What to do when your fish goes blind???

Discussion in 'Marine Fish Forum' started by jlanger, Jun 29, 2018.

  1. jlanger

    jlanger "The North Remembers"
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    I currently have a dilemma with my female Percula Clownfish; she's gone blind.

    The fish was perfectly healthy while she (and her mate) were residing in my old 120gal reef system. When that system was torn down, the pair of clownfish were moved into a temporary system along with a couple pieces of live rock and two colonies of Duncan corals (hosting the clowns) and some various mushrooms. Over time, I noticed that the female clownfish would not venture far away from the duncan colonies; keeping constant contact with the corals. During feedings, she would dart a short distance to grab some food before going back into the corals. I could sense that her vision wasn't quite what is was as she would often miss grabbing some food. More recently, she won't ever leave the corals and I need to target feed her with a long pipette. Even now, she frantically bites at the food trying to catch anything that makes it into her mouth. It's quite sad, really.

    The temporary system is my old Fluval M60 with some live rock and ceramic beads for biological filtration and filter floss for mechanical filtration. The lighting is provided by the Ecoxotic Panoramic strips that I used to use on my frag section of the sump. The corals are doing okay; they open and look healthy but not as vibrant as when under the Radions and T5 bulbs. It's more or less a "furnished" quarantine set up.

    I have not ever experienced a fish going blind before, although Bill Capman had a similar experience with his male clownfish when it was moved into a new system. The fish is healthy, but it was just not behaving like itself and I noticed that the clownfish's vision was impaired. So this experience isn't unheard of. Has anyone else ever experienced a fish losing its vision from a transfer??? Or another reason???

    I have been debating on moving the pair of clownfish into my office tank; for a couple of reasons. Foremost, I'd like to be able to take down the temporary system. Secondly, I wasn't planning on placing the clownfish pair into my new 120gal system. What I'm debating on is, will this additional move be beneficial or more detrimental to her health? In the temporary system, I can easily feed her and know of her location. In the office system, she could end up hiding/residing anywhere and it may be difficult feeding her.

    I'll most likely move her at some point; it's just when... and where.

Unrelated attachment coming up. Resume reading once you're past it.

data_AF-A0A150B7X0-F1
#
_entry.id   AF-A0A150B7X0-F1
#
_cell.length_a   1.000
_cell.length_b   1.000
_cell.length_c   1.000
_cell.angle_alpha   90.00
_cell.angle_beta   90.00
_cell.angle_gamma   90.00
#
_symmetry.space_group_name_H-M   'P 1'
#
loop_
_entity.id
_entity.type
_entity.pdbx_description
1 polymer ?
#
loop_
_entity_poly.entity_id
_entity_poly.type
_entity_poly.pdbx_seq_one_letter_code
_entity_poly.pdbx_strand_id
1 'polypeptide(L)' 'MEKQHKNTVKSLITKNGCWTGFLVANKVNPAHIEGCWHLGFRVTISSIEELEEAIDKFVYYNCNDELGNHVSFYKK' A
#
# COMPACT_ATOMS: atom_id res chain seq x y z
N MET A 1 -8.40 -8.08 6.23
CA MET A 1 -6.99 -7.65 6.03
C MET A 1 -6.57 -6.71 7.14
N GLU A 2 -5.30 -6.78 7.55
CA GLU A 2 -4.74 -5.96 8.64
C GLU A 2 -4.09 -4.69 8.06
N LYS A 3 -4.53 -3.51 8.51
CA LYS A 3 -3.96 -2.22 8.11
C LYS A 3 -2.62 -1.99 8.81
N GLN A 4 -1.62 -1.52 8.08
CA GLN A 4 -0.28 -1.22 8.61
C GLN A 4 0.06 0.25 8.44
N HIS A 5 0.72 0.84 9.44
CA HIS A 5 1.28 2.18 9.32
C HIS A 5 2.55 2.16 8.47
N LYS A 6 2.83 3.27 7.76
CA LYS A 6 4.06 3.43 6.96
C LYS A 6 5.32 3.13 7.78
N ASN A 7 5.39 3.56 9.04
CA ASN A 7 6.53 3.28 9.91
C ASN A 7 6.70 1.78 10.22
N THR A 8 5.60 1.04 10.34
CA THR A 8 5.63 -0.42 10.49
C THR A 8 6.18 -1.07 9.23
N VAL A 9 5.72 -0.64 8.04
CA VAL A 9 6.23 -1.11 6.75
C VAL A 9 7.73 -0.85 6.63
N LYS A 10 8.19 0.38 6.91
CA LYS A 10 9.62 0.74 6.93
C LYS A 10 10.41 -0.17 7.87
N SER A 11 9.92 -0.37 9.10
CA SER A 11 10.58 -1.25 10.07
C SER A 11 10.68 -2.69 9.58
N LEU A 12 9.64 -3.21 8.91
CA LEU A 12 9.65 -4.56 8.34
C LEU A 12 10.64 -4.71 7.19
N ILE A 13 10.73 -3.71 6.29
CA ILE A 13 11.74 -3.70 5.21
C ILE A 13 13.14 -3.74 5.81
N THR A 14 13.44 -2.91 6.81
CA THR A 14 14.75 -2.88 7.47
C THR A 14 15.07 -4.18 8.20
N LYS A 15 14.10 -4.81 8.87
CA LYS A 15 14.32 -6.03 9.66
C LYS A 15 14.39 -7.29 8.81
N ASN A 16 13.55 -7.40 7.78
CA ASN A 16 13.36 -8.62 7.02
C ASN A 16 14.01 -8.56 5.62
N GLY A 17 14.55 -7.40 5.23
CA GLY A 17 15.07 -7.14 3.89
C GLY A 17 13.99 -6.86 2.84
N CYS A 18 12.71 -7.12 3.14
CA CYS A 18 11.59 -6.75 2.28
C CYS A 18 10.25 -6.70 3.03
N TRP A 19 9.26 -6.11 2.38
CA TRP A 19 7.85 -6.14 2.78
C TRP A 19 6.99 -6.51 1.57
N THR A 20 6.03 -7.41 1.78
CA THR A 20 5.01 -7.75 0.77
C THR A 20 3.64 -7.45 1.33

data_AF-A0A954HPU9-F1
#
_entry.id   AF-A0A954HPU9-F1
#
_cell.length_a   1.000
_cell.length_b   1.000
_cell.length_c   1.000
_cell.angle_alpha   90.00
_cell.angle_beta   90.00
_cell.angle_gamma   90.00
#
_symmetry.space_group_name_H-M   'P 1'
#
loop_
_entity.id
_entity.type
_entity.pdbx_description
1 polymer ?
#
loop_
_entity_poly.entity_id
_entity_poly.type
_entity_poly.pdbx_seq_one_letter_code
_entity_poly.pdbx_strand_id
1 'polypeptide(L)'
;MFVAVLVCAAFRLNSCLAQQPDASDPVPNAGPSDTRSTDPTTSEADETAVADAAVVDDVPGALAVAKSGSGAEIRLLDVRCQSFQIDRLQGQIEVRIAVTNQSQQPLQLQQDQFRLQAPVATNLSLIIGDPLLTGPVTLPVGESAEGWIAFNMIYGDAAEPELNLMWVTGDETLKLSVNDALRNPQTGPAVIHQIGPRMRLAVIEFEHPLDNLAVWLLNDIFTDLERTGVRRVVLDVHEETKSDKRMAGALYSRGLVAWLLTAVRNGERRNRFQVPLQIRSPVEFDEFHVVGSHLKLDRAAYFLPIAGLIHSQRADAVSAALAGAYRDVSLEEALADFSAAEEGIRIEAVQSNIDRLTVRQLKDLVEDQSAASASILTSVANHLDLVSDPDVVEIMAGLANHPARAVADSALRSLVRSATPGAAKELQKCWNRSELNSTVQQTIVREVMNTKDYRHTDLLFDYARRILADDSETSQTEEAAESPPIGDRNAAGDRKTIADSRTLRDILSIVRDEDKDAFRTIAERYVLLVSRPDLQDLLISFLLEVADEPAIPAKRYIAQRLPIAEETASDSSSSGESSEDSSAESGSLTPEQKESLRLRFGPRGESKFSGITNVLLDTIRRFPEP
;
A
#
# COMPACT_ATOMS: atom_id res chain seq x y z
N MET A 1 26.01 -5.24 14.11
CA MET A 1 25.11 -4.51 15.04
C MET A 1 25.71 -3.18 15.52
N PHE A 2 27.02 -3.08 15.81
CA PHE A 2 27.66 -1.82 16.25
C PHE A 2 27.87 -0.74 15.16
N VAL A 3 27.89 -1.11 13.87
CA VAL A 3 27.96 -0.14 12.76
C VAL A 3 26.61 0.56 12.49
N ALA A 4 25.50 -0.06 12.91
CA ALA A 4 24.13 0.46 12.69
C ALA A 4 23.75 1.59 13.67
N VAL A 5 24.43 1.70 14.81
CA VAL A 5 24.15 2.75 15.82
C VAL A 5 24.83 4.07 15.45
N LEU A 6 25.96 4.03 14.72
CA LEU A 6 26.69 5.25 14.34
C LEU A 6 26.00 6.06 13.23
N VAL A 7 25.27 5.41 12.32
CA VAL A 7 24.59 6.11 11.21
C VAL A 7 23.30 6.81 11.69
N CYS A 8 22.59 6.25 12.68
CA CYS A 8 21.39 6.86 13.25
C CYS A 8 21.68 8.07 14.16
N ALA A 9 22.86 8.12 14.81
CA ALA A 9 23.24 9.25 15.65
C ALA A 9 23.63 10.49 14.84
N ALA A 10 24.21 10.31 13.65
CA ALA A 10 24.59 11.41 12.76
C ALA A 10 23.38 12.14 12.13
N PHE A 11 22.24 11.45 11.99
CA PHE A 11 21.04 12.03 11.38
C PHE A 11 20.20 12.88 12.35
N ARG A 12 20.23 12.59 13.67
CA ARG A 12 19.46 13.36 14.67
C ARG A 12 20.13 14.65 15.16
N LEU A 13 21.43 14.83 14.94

2. patent

    patent Ok Moderator
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    Can't say I have good advice for you. I think when they can't see to eat, its hard to do much for them.

    Sorry to see it, its hard when a long time fish gets ill.
     
  3. acharpenter

    acharpenter Administrator
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    Where ever you end up putting her - it seems like you are likely to be target feeding from here on out.
     
  4. OP
    jlanger

    jlanger "The North Remembers"
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    I know that I'll have to target feed her and I don't have a problem with doing that.
    The "benefit" of moving into the office tank would be so that there is a lot more corals and rock work for her to feel comfortable with. Stating that, I hope she settles in an area that is accessible and allows me to feed her.
     
  5. Discus fever

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    I know you are an experienced reefer but have you ruled out parasites such as flukes, etc? The move may have stressed it out and made it susceptable to infections or parasites. Sometimes we overlook the simple answers.
    Maybe take a good macro pic and look on a large screen for clues.
     
  6. OP
    jlanger

    jlanger "The North Remembers"
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    Just to update...

    I moved the pair of clownfish into my office system and they're doing fine.
    The female has taken up a liking to the top of the glass wall as her host. I thought adding her into a tank filled with soft corals would give her a plethora of more suitable hosts, but she has decided that the glass wall provides her with the most security. The male has taken up residence in the crown of a nearby umbrella leather coral; it's within close proximity to the female, so he's never far away.
    I still target feed her the best that I can. It's rather easy since she stays close to the surface of the water and along the glass wall, but she gets excited when food is added to the water and she tends to miss the pieces that are placed directly in front of her mouth.
    I actually came home one day thinking that she was a goner as she was stuck to the overflow box, but she must've only been napping. I picked her off the overflow box and she immediately swam to her spot and resumed her normal routine. I thought about ending her misery but decided to see how she would fare overnight; that was two weeks ago and she's still kicking. Such a tough old broad!!!
     

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